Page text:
The Catholic Church in California is grappling with a staggering number of lawsuits, as over 3,000 legal cases have been filed against the institution under a 2019 state law that extended the statute of limitations for allegations of sexual abuse, according to a Washington Post report. Advocacy groups have been stunned at the sheer volume of cases that surfaced during the three-year window that allowed victims up to the age of 40 to file lawsuits regarding their alleged abuse.
At least a third of the 12 Roman Catholic dioceses in California have either filed for bankruptcy or are contemplating doing so to manage the influx of lawsuits. In fact, several California dioceses, including Oakland (ABC7 News), are set to face bankruptcy due to the massive number of legal cases and the crippling financial burdens incurred as a result.
Bankruptcy not only affects the finances of the dioceses, but it also freezes the discovery phase of lawsuits, potentially hindering further investigation and closure for the victims. Despite the huge numbers of lawsuits and staggering potential financial burden, the Archdiocese of Los Angeles, the most populous Catholic diocese in the US, has said they are not planning to file for bankruptcy.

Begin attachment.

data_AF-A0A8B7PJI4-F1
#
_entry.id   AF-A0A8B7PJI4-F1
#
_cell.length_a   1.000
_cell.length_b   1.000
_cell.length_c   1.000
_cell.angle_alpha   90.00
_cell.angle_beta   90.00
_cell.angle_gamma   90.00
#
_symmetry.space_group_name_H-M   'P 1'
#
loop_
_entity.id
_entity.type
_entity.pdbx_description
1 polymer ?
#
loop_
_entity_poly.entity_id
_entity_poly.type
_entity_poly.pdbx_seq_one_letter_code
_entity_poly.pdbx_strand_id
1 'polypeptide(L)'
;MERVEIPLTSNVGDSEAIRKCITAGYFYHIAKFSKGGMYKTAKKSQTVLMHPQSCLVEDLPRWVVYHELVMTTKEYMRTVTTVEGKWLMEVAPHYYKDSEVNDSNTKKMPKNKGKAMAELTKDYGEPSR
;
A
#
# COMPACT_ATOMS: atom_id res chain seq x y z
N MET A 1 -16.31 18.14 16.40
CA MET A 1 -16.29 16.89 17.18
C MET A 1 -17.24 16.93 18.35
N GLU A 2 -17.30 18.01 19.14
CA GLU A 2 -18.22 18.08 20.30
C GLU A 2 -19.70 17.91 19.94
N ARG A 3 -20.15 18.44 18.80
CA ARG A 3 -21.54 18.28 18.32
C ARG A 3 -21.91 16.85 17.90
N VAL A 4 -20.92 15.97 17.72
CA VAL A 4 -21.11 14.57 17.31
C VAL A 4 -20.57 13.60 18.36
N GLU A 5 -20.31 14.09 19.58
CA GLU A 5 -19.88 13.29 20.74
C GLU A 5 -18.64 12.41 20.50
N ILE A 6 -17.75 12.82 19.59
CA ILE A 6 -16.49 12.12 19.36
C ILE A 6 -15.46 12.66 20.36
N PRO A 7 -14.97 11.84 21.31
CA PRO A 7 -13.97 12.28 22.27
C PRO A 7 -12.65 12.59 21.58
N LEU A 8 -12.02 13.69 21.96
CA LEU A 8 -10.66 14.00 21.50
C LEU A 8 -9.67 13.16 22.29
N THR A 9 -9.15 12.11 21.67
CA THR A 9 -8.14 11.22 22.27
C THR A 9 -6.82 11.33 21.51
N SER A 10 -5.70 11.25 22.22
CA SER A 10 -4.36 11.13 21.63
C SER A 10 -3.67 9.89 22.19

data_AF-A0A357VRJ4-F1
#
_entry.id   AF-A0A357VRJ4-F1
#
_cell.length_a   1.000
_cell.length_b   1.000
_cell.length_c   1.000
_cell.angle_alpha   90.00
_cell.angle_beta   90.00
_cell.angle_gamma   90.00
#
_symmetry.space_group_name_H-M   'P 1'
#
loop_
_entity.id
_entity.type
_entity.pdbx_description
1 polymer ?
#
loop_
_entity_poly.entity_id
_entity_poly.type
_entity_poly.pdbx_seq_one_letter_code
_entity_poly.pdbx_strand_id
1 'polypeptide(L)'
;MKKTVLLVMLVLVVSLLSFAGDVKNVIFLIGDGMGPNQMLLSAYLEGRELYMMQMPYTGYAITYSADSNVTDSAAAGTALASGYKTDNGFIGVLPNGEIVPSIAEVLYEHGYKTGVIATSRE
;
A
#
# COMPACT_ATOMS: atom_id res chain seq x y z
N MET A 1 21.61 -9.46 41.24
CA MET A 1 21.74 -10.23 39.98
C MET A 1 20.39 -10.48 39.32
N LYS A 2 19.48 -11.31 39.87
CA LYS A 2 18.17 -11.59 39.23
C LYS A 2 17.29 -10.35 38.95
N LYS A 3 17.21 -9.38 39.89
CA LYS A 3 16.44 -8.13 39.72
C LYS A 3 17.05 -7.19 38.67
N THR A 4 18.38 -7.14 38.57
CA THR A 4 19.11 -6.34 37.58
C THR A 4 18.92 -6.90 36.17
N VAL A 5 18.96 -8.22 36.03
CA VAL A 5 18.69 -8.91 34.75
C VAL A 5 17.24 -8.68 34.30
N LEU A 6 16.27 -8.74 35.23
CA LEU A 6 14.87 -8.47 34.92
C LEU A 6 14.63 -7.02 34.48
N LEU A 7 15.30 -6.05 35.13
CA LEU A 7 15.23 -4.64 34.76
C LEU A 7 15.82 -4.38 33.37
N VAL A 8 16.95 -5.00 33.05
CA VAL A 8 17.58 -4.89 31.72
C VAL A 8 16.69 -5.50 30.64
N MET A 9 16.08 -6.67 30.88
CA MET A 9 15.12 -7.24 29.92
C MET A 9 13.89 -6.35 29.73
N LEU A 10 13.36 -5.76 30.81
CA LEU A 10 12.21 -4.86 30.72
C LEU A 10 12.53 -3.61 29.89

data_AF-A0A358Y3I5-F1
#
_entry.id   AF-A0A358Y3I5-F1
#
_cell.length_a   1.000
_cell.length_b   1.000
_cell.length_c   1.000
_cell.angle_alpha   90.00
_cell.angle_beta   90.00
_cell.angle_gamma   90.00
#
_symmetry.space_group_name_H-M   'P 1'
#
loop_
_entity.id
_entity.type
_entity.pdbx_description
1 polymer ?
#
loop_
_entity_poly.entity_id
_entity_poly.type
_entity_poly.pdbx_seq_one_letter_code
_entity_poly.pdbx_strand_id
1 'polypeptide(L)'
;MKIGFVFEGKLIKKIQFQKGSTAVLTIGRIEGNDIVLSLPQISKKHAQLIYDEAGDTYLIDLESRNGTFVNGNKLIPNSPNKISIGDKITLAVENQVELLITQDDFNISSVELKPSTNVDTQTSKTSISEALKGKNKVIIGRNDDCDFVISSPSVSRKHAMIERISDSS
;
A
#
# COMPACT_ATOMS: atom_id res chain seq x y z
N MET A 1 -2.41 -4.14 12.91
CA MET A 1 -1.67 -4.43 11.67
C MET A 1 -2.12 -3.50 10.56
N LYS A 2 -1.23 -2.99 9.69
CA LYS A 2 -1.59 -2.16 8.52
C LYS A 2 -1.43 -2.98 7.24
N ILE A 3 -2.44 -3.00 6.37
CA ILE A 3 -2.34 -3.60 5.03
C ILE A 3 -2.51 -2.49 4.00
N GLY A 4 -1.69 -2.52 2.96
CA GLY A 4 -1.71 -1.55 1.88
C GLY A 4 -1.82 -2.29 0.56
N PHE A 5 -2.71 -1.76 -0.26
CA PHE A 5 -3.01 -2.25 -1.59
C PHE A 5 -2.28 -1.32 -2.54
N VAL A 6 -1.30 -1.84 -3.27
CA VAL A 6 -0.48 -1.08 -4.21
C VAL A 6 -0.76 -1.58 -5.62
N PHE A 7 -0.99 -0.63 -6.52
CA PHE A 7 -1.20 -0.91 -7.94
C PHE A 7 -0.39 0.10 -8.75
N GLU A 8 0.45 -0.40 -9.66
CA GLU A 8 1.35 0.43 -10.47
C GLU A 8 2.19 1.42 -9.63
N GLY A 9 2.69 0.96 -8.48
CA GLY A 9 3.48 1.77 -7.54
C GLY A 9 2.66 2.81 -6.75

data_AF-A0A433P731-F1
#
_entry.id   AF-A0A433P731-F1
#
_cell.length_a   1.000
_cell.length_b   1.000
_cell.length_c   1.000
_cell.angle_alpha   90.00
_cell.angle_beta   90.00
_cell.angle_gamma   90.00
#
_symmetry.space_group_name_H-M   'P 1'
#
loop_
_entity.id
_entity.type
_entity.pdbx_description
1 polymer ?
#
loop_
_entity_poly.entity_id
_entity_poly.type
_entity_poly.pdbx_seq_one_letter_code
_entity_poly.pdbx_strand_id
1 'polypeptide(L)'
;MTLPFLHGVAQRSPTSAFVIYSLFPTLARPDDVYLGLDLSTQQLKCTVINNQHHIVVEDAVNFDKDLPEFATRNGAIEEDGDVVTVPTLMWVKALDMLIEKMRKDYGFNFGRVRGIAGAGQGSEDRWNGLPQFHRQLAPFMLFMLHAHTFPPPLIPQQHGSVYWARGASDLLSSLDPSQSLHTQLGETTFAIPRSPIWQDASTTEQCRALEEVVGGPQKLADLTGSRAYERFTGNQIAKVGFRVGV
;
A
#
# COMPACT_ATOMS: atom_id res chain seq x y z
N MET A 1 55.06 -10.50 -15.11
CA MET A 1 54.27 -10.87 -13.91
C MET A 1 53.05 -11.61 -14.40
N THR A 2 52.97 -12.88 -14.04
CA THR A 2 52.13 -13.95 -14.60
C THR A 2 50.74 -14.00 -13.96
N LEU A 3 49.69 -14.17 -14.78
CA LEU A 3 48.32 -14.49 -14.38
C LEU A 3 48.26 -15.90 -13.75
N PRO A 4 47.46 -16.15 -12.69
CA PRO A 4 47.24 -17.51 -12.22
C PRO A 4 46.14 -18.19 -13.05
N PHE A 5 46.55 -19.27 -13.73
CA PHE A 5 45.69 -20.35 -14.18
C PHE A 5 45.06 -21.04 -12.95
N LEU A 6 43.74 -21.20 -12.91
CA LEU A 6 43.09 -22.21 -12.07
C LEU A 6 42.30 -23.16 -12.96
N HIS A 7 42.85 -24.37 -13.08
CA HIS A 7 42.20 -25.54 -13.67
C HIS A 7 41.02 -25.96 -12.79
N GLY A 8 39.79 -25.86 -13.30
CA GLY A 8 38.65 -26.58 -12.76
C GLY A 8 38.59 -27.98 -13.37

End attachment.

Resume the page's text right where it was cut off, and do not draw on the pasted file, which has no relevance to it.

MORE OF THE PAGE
The Survivors Network of Those Abused by Priests (SNAP) is now preparing a letter to Attorney General Rob Bonta, requesting a report based on information gathered from the California dioceses’ sexual abuse lawsuits and related court procedures. SNAP hopes that Bonta will closely examine the bankruptcy filings and potentially impose a secular structure aimed at increasing transparency and accountability for the Catholic Church.
As the Catholic Church in California confronts these allegations and the resulting financial challenges, many are left wondering how this crisis will ultimately impact dioceses and their ability to continue serving their communities. Advocacy groups like SNAP and other concerned parties continue to seek justice for the victims, while Catholic dioceses across the state are forced to re-evaluate their financial and operational plans as a result of these dramatic developments.